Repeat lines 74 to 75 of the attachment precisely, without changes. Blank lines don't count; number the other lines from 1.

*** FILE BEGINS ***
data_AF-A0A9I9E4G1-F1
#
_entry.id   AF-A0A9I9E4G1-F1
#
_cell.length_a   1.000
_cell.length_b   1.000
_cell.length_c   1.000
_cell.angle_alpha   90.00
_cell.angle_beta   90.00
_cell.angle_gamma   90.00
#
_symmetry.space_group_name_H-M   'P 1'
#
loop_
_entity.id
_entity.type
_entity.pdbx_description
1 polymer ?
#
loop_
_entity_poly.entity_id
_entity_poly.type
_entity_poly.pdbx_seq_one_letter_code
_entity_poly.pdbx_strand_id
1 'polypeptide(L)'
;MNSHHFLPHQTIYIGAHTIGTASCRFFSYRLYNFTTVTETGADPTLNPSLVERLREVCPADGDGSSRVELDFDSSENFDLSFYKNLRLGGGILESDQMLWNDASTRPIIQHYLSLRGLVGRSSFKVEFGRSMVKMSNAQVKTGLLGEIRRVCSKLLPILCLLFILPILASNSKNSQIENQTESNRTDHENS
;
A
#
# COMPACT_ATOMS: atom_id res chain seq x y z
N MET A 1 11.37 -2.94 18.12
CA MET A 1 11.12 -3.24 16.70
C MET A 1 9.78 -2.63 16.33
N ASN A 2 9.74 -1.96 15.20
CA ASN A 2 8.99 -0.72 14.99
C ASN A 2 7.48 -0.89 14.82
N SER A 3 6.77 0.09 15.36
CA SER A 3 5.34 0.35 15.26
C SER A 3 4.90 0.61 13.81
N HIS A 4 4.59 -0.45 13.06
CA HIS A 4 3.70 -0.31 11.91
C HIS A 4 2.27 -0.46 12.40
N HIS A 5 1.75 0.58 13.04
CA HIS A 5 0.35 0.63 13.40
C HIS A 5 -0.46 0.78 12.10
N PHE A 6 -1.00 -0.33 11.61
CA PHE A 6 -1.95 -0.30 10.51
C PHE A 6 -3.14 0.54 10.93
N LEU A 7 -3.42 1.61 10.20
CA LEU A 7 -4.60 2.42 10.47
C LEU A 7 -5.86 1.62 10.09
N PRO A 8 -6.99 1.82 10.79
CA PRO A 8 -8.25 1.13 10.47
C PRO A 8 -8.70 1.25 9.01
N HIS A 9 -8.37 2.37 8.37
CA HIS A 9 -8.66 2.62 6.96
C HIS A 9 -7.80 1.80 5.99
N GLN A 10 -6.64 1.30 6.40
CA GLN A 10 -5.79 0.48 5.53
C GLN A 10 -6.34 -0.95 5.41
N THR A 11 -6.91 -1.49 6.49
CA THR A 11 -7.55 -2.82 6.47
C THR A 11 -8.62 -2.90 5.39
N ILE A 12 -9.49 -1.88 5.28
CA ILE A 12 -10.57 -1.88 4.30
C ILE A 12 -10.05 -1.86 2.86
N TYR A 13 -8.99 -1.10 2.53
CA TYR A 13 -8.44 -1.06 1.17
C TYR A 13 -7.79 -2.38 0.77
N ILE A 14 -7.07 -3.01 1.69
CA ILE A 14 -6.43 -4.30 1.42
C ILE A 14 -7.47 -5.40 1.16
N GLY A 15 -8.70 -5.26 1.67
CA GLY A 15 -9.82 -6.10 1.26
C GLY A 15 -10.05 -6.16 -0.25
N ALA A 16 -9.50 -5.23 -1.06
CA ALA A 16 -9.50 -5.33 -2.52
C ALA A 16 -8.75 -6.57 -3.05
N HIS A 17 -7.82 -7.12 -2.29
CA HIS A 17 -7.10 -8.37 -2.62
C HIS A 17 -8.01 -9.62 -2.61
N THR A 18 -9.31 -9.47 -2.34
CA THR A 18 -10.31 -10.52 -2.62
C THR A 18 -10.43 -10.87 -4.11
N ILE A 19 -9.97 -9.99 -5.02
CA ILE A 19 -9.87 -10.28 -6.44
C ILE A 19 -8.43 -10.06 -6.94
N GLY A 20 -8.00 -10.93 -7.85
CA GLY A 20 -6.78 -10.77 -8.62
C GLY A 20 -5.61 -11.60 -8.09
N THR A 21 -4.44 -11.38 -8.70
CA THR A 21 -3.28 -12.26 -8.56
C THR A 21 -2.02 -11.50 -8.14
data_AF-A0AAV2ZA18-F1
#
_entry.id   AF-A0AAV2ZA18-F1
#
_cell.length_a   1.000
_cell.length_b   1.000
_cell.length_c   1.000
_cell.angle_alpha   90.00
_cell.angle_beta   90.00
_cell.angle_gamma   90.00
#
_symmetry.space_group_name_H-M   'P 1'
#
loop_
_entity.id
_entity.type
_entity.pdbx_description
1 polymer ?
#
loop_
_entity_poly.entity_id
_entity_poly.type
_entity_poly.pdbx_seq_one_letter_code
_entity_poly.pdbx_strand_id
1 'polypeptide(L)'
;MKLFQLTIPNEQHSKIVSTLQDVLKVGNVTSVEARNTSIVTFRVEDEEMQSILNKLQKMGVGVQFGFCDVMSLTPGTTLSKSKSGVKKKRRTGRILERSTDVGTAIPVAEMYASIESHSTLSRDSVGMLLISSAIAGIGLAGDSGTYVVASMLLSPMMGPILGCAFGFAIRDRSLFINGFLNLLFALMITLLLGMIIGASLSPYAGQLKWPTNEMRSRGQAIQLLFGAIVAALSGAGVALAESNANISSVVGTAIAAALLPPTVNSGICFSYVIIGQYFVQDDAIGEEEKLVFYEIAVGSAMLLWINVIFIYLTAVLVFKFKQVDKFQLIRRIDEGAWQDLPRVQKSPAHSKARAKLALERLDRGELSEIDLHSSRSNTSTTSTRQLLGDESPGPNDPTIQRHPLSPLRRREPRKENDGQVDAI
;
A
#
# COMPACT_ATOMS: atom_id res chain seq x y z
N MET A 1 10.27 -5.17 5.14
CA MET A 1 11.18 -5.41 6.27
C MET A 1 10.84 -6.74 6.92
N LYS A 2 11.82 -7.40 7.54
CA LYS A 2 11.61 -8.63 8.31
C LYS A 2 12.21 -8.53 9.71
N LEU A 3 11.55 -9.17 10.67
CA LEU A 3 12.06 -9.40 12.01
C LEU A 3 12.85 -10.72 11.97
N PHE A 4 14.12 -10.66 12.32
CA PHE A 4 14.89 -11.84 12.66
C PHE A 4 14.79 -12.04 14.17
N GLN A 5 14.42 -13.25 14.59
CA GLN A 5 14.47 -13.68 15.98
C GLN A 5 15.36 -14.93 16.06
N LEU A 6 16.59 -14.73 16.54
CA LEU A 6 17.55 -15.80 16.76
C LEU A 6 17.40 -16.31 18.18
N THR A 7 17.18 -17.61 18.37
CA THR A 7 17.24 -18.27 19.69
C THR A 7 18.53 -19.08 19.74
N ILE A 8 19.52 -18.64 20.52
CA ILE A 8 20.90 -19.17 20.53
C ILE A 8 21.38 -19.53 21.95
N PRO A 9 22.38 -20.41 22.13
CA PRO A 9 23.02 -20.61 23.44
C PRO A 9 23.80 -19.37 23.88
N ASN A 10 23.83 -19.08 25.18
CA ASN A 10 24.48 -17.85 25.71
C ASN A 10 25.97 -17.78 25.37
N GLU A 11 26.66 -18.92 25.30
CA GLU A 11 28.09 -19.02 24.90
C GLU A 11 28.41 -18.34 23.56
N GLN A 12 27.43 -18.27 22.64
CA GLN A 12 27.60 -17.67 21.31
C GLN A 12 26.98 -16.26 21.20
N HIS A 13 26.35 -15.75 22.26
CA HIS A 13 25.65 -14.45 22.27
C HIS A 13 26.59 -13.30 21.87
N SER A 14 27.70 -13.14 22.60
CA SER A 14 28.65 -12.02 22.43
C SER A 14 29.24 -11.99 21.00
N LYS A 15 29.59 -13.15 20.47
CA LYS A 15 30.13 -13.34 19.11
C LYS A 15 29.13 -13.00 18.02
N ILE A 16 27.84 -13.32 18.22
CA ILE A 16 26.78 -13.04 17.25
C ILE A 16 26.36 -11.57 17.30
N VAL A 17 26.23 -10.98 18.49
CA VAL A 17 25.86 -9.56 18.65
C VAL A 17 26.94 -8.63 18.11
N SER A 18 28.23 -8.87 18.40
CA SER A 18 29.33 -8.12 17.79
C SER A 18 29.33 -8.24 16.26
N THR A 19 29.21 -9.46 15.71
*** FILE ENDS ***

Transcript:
CA GLY A 15 -9.82 -6.10 1.26
C GLY A 15 -10.05 -6.16 -0.25